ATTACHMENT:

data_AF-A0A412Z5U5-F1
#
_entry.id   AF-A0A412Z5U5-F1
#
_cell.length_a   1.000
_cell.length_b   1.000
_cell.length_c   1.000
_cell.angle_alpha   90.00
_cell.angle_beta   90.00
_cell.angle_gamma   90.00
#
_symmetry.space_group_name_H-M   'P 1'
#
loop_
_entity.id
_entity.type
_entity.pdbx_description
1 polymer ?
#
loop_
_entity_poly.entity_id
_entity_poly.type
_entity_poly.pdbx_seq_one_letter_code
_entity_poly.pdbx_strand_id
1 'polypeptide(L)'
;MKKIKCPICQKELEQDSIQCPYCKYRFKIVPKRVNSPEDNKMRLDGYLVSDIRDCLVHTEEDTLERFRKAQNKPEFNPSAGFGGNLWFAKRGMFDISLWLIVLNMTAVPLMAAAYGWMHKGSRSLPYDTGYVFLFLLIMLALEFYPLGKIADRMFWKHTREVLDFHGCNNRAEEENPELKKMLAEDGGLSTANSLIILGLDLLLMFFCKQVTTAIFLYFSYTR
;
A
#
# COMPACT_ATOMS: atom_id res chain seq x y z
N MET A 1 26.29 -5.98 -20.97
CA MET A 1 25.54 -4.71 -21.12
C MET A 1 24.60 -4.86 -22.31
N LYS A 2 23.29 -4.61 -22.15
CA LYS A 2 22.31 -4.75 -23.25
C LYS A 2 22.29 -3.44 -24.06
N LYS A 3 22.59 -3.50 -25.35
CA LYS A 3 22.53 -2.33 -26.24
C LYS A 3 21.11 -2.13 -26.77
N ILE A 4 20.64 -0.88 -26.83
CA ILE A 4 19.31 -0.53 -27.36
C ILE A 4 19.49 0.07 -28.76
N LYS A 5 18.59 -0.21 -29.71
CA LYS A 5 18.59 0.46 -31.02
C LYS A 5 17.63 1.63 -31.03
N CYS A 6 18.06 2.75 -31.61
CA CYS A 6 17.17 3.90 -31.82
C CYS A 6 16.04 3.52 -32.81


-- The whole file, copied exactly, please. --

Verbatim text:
data_AF-A0A412Z5U5-F1
#
_entry.id   AF-A0A412Z5U5-F1
#
_cell.length_a   1.000
_cell.length_b   1.000
_cell.length_c   1.000
_cell.angle_alpha   90.00
_cell.angle_beta   90.00
_cell.angle_gamma   90.00
#
_symmetry.space_group_name_H-M   'P 1'
#
loop_
_entity.id
_entity.type
_entity.pdbx_description
1 polymer ?
#
loop_
_entity_poly.entity_id
_entity_poly.type
_entity_poly.pdbx_seq_one_letter_code
_entity_poly.pdbx_strand_id
1 'polypeptide(L)'
;MKKIKCPICQKELEQDSIQCPYCKYRFKIVPKRVNSPEDNKMRLDGYLVSDIRDCLVHTEEDTLERFRKAQNKPEFNPSAGFGGNLWFAKRGMFDISLWLIVLNMTAVPLMAAAYGWMHKGSRSLPYDTGYVFLFLLIMLALEFYPLGKIADRMFWKHTREVLDFHGCNNRAEEENPELKKMLAEDGGLSTANSLIILGLDLLLMFFCKQVTTAIFLYFSYTR
;
A
#
# COMPACT_ATOMS: atom_id res chain seq x y z
N MET A 1 26.29 -5.98 -20.97
CA MET A 1 25.54 -4.71 -21.12
C MET A 1 24.60 -4.86 -22.31
N LYS A 2 23.29 -4.61 -22.15
CA LYS A 2 22.31 -4.75 -23.25
C LYS A 2 22.29 -3.44 -24.06
N LYS A 3 22.59 -3.50 -25.35
CA LYS A 3 22.53 -2.33 -26.24
C LYS A 3 21.11 -2.13 -26.77
N ILE A 4 20.64 -0.88 -26.83
CA ILE A 4 19.31 -0.53 -27.36
C ILE A 4 19.49 0.07 -28.76
N LYS A 5 18.59 -0.21 -29.71
CA LYS A 5 18.59 0.46 -31.02
C LYS A 5 17.63 1.63 -31.03
N CYS A 6 18.06 2.75 -31.61
CA CYS A 6 17.17 3.90 -31.82
C CYS A 6 16.04 3.52 -32.81